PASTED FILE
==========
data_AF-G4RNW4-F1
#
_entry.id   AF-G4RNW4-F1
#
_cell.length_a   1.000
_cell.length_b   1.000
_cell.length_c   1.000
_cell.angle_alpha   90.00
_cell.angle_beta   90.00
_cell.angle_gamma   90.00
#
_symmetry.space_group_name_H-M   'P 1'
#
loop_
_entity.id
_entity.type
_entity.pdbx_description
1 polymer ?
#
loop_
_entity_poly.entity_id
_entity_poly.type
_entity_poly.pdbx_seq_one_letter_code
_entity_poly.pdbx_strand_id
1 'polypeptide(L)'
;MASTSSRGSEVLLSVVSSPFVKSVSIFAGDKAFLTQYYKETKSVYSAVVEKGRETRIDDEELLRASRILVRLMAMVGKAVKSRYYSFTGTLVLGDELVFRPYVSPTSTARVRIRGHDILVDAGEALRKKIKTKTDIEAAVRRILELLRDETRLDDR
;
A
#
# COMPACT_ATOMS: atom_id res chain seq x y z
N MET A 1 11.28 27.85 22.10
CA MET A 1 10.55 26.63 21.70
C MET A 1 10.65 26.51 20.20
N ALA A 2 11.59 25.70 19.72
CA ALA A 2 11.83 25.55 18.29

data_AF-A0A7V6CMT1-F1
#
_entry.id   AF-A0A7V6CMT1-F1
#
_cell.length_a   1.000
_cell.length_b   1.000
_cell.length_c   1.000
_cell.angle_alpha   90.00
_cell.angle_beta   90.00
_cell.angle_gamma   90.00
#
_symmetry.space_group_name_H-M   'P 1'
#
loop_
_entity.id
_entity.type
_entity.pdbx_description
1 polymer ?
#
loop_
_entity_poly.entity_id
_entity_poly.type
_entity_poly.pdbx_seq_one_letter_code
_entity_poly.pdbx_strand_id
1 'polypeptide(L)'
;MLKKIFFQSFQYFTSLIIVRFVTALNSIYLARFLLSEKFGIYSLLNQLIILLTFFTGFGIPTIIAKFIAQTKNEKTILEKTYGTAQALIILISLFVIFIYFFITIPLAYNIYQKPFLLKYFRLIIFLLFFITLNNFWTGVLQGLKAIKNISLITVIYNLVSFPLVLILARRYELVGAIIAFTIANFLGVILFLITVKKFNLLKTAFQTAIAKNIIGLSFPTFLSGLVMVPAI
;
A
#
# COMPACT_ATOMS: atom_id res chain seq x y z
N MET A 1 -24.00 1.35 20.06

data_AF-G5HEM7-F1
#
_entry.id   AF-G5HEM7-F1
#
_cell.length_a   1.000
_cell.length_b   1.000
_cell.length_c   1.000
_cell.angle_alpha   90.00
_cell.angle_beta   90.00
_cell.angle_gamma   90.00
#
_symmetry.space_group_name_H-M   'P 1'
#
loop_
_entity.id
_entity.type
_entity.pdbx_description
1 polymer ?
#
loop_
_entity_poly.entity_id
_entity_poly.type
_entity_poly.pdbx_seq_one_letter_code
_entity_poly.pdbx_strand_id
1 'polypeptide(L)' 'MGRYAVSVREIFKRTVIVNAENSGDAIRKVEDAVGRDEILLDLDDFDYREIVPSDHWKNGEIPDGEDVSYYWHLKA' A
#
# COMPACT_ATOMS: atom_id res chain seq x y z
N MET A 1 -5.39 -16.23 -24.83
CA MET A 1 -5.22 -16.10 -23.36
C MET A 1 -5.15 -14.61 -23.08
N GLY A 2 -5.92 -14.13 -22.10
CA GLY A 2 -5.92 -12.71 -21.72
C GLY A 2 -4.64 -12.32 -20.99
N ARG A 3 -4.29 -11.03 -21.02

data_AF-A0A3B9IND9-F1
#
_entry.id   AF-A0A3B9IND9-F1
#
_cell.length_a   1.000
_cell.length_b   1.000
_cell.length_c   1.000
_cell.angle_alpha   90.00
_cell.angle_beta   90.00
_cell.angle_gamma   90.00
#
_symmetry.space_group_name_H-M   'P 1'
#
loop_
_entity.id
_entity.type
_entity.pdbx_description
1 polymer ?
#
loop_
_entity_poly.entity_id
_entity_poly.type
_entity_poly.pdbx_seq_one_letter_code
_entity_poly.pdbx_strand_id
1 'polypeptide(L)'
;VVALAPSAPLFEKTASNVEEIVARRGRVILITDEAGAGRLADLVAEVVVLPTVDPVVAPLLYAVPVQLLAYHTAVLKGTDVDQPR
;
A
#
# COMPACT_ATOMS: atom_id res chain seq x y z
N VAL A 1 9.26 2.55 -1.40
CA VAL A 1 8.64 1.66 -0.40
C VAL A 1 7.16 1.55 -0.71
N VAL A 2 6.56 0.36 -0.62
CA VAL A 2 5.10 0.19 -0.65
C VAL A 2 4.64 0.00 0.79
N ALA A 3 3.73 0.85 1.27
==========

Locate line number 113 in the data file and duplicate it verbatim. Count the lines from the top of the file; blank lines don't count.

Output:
#